On delegation

I did a recent AMA on Clubhouse and there were a lot of awesome, hard-hitting questions on the panel. So for the next several weeks, I’m going to write out my thoughts to each of the questions and how I answered them.

I was recently promoted to an Engineering Manager role. How do I turn off my technical know-how to move to a leadership role?

First of all: congratulations! It’s hard to break into the role of engineering manager so great job and welcome to the club!

Second of all: know that you are not alone. This is a very common refrain from new managers.

In fact, one of the most memorable pieces of writing I’ve ever seen on the topic was an Ask HackerNews thread about switching to management. The very top comment was warning new managers to delegate more and code less and how this will not come instinctively to you as a new manager.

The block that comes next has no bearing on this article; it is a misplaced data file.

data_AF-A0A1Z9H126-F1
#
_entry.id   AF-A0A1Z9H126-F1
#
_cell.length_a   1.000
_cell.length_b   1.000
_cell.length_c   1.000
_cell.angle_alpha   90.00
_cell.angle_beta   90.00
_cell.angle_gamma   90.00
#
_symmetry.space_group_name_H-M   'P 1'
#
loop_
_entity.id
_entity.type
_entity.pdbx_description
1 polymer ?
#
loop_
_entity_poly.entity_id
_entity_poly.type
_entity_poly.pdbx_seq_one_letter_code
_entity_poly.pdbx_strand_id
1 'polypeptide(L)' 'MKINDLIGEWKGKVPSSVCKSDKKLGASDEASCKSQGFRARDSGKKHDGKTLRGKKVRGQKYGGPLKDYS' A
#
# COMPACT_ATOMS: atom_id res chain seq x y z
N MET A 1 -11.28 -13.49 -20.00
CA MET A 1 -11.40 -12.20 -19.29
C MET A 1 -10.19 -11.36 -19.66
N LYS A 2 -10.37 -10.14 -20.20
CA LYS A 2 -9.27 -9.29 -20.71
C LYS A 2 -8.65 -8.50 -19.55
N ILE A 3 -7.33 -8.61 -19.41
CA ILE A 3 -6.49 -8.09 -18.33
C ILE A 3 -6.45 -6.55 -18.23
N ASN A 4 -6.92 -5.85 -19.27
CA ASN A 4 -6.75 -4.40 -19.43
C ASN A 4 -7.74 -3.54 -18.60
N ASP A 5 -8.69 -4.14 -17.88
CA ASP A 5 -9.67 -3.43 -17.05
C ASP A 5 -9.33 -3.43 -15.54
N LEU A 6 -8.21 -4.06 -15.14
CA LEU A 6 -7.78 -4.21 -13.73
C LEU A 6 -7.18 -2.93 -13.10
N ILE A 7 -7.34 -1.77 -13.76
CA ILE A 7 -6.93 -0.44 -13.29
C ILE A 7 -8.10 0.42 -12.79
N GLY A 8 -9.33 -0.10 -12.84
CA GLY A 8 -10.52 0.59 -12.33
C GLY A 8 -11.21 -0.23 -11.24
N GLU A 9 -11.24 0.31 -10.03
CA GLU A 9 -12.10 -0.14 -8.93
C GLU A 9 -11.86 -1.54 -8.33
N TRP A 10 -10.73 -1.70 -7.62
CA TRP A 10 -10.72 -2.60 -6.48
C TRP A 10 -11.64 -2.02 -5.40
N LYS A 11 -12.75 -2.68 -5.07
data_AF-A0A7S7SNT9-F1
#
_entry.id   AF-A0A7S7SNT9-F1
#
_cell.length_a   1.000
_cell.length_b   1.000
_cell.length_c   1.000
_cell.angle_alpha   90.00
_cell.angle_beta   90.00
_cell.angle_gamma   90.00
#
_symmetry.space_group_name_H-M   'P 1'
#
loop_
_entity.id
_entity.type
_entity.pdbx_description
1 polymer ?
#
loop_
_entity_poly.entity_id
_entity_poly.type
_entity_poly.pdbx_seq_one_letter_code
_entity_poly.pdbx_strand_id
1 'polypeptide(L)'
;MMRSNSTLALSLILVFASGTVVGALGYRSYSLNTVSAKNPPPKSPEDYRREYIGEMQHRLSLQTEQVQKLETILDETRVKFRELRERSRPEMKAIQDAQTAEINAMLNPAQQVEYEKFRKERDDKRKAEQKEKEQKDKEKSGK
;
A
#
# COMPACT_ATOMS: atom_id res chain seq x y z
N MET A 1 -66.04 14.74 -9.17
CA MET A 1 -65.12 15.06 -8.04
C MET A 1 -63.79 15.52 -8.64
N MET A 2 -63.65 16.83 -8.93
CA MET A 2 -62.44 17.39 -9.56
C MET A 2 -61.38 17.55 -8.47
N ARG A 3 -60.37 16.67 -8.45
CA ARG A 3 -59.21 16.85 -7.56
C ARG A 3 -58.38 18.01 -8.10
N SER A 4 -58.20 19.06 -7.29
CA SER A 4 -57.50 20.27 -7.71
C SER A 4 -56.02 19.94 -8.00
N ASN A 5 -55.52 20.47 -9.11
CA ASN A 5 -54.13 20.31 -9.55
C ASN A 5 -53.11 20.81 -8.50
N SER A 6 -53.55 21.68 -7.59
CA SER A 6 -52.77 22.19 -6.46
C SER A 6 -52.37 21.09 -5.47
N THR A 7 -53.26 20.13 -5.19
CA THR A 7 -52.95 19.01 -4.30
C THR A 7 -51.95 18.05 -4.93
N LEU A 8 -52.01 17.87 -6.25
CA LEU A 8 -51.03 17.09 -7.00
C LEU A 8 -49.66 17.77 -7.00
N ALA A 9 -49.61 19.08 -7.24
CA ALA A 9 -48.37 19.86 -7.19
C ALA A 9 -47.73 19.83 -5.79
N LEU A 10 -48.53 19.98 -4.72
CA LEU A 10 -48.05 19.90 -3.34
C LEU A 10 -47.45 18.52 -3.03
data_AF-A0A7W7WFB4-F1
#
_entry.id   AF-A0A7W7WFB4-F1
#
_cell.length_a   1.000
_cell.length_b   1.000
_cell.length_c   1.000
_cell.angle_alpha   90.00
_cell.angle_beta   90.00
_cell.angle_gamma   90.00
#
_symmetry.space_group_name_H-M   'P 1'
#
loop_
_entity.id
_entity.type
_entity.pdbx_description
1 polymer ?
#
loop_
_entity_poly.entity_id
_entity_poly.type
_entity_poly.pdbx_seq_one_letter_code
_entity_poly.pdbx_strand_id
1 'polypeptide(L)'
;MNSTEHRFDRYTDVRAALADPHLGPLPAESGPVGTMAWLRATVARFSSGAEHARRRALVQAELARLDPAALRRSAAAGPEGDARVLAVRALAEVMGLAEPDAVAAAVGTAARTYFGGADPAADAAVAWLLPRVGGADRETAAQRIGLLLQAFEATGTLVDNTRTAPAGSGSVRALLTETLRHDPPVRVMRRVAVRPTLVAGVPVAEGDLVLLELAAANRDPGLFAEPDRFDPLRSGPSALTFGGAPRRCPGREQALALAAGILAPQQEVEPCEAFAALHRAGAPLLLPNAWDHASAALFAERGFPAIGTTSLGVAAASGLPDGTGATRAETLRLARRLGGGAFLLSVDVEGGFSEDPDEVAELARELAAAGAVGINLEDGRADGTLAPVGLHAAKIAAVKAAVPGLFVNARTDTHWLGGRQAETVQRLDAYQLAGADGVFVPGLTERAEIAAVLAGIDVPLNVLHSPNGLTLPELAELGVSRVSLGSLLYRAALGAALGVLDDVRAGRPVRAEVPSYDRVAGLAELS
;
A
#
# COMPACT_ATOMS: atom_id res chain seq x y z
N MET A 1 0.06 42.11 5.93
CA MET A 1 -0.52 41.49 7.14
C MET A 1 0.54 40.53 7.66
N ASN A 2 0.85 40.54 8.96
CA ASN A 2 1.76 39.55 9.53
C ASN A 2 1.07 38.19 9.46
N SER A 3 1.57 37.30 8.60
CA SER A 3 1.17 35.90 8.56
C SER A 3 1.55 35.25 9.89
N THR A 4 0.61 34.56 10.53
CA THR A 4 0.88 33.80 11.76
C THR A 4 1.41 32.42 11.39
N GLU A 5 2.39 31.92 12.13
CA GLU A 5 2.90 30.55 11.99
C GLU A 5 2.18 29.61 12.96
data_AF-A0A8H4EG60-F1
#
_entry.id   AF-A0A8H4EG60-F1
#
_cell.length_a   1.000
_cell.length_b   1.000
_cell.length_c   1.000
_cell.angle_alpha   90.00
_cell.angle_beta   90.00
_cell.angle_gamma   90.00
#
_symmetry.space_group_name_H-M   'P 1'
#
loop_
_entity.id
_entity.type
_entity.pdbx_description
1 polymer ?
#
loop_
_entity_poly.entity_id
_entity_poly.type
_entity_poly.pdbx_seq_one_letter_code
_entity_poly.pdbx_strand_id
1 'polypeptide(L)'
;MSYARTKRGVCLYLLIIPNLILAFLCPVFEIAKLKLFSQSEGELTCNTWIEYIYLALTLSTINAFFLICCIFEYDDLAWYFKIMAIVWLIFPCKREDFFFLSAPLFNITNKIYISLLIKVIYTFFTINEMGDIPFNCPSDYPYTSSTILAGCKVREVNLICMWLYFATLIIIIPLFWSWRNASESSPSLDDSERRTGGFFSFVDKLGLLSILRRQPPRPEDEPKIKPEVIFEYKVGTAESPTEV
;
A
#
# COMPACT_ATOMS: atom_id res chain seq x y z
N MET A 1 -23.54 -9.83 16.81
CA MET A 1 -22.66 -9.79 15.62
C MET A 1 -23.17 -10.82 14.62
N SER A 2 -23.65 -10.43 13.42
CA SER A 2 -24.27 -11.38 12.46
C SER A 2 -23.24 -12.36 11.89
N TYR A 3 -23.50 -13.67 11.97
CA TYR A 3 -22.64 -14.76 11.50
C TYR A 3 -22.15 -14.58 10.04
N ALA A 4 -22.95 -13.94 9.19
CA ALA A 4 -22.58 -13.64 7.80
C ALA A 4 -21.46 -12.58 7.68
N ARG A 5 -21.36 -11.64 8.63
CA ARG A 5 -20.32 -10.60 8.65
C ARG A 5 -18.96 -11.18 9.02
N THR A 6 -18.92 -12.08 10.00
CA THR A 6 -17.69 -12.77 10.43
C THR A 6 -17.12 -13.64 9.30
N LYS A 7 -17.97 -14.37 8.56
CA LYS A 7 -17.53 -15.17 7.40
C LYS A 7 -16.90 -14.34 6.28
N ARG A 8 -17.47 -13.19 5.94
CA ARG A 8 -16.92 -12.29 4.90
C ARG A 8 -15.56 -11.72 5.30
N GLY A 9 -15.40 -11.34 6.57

It’s really easy to revert to what you know; to roll up your sleeves, fire up your terminal and editor, and get to coding the problem when everyone else cannot. Resist the urge to code whenever possible. It’s extremely counter-intuitive.

You’ve trained, possibly for your entire career, to solve problems with code. Now I’m telling you to take all of that training and throw it in the trash. How is that possibly a good idea?

I’ve made this analogy before with a whole section on delegation. To summarize: the higher up the food chain you go, the rarer your skill sets become. A CTO can do all of the things you can do but needs to focus on only the things she can do, like hiring executives and setting executive direction and vision for the engineering teams.

By extension, you as an engineering manager now have a set of skills that separate you from your previous self as a developer. Therefore, let your developers do development things because only you can do certain manager things, like hiring, firing, promoting, setting technical direction, and resolving conflicts.

Focus on the things that make you valuable and differentiated so others can do what they are best at. It may be uncomfortable at first but it is necessary for your role as you transition into management.

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